The Girl in the Photo

Another day, another victim for under-the-radar serial killer Dylan Weaver. He is driven by his desire to photograph the rawest human emotion: desperate fear. Each woman he photographs begging for life and then brutally kills, is collateral damage for his art and ascension to serial killer stardom. His popularity in the local news media grows with his body count, so the pressure is on to keep the police and the public interested. On the heels of his latest kill, Dylan has a new unsuspecting victim right where he wants her: his passenger's seat.

  • Sannah Parker
    Visions of the Past: Wessyngton Plantation (Producer/Editor)
  • Sannah Parker
  • Emily Bowman
    Key Cast
    The Steps, Babe: Pig in the City, 20q
  • Jimmy Sowell
    Key Cast
    The Originals, The Joke, Fortune Falls
  • Chaz Holley
    Assistant Director
    Hoarders (PA)
  • Chandler Gilbert
    Director of Photography
    Visions of the Past: Wessyngton Plantation (Cinematographer)
  • Sannah Parker
  • Project Type:
  • Runtime:
    2 minutes 37 seconds
  • Completion Date:
    October 25, 2015
  • Production Budget:
    200 USD
  • Country of Origin:
    United States
  • Country of Filming:
    United States
  • Language:
  • Shooting Format:
  • Aspect Ratio:
  • Film Color:
  • First-time Filmmaker:
  • Student Project:
  • Frightening Ass Film Festival
    Chattanooga, TN
    October 31, 2015
    First Place, Short Horror Film Competition
  • East TN Film Gala
    Knoxville, TN
    December 9, 2015
    Best Emerging Director, Best Horror Film, Best Music/Sound
  • Genre Celebration Festival
    Los Angeles, CA
    March 9, 2016
    Best Director
  • Texas Ultimate Shorts
    Online Festival
    April 22, 2016
    Best Horror Short-Short
Director Biography - Sannah Parker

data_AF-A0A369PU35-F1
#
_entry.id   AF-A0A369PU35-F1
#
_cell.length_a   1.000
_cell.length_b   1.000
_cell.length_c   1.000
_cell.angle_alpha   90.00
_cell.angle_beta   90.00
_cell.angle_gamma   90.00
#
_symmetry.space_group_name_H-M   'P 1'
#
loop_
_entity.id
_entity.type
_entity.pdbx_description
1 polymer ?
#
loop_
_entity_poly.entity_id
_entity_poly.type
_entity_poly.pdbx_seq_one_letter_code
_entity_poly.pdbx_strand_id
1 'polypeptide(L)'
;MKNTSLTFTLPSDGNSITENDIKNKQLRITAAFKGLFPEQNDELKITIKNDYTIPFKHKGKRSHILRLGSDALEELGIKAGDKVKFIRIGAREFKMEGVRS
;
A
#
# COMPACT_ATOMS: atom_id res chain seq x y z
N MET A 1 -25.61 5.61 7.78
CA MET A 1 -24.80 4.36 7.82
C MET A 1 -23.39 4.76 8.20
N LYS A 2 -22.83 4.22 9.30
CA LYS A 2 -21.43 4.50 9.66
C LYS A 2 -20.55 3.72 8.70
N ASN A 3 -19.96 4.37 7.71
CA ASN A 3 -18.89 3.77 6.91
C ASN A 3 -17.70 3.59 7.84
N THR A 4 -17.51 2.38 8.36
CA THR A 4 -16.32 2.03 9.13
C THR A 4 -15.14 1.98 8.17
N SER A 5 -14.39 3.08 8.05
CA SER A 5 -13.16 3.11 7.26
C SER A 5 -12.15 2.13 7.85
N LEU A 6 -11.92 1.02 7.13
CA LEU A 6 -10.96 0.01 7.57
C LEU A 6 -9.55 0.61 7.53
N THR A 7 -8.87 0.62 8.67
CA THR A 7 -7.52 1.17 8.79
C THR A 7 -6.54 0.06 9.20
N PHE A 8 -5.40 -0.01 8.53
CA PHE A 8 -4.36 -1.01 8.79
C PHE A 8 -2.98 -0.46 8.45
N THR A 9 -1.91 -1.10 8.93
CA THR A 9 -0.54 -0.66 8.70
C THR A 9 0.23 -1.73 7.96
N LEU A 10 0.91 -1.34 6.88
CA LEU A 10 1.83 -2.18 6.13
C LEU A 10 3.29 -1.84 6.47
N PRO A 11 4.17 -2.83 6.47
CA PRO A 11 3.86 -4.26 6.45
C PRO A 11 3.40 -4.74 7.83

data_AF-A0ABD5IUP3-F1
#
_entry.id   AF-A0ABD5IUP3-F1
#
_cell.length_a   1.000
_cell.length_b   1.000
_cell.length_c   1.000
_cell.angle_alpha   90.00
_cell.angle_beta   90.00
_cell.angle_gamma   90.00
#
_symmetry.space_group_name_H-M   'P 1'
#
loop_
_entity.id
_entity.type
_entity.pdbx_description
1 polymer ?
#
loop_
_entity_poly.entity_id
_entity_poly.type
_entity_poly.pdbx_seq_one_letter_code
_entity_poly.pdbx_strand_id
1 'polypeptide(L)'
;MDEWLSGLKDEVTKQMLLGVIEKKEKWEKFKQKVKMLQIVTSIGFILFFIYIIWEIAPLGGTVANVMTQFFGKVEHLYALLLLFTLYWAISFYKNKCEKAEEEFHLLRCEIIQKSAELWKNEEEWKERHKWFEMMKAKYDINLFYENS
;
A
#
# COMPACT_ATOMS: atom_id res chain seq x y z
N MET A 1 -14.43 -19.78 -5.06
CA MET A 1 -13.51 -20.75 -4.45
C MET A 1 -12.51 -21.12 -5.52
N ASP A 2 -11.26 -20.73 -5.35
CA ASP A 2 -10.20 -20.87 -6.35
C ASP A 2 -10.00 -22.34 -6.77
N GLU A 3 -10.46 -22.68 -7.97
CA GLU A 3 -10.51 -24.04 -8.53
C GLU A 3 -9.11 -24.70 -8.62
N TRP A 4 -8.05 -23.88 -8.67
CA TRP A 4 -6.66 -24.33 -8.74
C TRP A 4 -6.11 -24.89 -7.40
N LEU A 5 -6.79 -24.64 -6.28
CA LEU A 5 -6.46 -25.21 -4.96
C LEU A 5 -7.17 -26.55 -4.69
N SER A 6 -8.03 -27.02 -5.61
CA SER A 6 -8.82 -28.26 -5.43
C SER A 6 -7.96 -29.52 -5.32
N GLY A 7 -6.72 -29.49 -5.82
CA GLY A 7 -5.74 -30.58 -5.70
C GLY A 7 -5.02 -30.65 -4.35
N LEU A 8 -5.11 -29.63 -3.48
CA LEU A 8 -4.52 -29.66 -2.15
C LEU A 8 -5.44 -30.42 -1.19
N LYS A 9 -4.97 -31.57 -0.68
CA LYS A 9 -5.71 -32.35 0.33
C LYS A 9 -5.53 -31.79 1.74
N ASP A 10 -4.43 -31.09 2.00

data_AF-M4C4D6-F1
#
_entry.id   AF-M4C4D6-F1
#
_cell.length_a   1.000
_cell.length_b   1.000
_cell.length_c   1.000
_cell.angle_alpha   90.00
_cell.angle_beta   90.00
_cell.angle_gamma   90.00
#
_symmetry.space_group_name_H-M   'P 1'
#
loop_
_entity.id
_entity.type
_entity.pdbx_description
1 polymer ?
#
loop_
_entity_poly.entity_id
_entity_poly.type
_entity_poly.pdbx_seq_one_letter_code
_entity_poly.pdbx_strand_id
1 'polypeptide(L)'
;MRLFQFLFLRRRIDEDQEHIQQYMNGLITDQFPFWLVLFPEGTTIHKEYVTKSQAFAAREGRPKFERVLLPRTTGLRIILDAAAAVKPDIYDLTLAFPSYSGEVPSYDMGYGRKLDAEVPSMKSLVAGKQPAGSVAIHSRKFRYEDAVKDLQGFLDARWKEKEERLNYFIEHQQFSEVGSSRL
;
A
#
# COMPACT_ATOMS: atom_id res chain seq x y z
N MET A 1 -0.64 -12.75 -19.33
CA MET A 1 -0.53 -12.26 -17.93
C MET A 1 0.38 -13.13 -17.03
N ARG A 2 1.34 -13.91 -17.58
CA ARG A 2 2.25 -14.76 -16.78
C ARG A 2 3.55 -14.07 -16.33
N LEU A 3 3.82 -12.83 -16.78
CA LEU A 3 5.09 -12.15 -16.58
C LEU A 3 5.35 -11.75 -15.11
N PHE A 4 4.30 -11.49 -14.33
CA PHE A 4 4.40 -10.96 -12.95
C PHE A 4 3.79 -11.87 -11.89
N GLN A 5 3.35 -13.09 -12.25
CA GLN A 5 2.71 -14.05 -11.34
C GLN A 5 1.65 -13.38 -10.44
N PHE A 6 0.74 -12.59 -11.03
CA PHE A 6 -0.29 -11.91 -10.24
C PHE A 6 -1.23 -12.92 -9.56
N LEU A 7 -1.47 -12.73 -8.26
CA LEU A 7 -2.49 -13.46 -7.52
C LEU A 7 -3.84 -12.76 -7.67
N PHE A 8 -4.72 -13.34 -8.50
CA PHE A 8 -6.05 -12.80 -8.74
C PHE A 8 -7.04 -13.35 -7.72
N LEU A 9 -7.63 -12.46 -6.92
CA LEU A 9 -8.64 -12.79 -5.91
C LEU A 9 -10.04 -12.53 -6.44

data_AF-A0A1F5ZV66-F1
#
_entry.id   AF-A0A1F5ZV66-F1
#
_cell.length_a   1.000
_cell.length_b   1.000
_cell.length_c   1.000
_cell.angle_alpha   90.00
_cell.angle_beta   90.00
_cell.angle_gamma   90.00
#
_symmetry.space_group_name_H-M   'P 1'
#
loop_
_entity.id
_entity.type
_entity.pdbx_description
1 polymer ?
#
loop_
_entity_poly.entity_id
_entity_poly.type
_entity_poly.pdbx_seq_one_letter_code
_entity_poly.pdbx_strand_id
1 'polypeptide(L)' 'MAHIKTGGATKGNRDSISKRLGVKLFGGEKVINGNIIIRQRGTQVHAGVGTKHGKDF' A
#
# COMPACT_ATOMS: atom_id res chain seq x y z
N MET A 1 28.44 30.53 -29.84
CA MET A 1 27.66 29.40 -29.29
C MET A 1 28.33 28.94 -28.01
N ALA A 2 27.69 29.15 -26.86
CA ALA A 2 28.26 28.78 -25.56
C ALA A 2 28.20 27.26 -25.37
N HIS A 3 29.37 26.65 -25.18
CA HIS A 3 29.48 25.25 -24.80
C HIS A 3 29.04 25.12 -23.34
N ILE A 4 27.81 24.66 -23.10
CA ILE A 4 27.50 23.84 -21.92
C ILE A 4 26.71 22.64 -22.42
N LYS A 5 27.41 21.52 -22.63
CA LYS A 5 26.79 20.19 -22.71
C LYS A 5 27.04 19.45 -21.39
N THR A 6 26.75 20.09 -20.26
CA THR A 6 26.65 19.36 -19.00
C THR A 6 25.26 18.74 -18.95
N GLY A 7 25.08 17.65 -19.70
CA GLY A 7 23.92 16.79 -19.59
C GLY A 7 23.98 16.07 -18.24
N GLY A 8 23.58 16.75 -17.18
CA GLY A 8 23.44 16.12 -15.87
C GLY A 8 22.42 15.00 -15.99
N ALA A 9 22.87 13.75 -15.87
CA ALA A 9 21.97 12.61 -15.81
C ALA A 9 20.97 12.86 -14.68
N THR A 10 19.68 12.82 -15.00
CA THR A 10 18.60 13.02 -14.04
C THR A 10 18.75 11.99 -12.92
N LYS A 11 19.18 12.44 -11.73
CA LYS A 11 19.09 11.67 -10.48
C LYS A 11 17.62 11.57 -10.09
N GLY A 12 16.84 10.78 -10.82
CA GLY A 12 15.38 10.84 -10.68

Sannah Parker is a filmmaker and editor with a particular interest in the horror and documentary genres. She is a two-time Best Film award recipient at Chattanooga-based Frightening Ass Film Festival and recently received the Best Emerging Director award at the East TN Film Gala among other awards. She also produced and edited Tennessee State Museum exhibited historical documentary Visions of the Past: Wessyngton Plantation. She developed her love for filmmaking while earning her Bachelor's degree in Communication at the University of Tennessee at Chattanooga. There she also received the Audience Choice award for her submission to the school's social justice documentary competition. She spent several years under the mentorship of award-winning filmmaker and TV producer Linda Duvoisin, from whom she learned invaluable producing, editing, and storytelling technique. Sannah looks forward to continued learning and developing her skillset with each project she takes on.

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Director Statement

When writing a horror film, I ultimately tend to consider what scares me the most personally. I find little more disturbing than the wild card mind of a serial killer. Even more terrifying, is a serial killer on the loose, killing and killing again without consequence, and little perceived motive.

A girl in a photograph, pale and scared, flashed across my computer screen one day. Despite a feeling of unease, I returned to the photo for a second look. The girl in the photo was Regina Kay Walters, one of the many victims of convicted serial killer Robert Ben Rhoades.

The photo of Regina Kay Walters is so chilling, because her last moments of fear and desperation are captured forever, and will be seen over and over by disconnected people scrolling through the internet for years to come. I thought to myself, "this kind of thing could happen to anyone. This could happen to me." If you happen to be at the wrong place at the wrong time, or trust the wrong person, you could be walking to your death.

The Girl in the Photo follows a young Rhoades-esque serial killer, who gains the trust of his female victims with his looks and charm. He then brings them back to a remote, wooded area where he plays with them psychologically before torturing, photographing, and killing them. He does not have a type, but his motive is to produce compelling visual art with his photographs.

The idea of someone so charming yet so evil truly scares me, but also seems to be a common denominator among some of the most notorious serial killers. It is that charm and detatchment that makes us love popular television characters like Dexter. It is that same quality that makes some women fall in love with convicted serial killers like Richard Ramirez or Charles Manson, and write letters to them in prison (or even marry them). It is that charm that can make a girl decide to go home with a guy she just met, throwing caution to the wind.

Many men and women have gone home with a stranger; the unknown can be exciting. But what if the unknown that follows a blind date, or the unknown that follows meeting someone at a bar, actually turned out to be a deadly trap?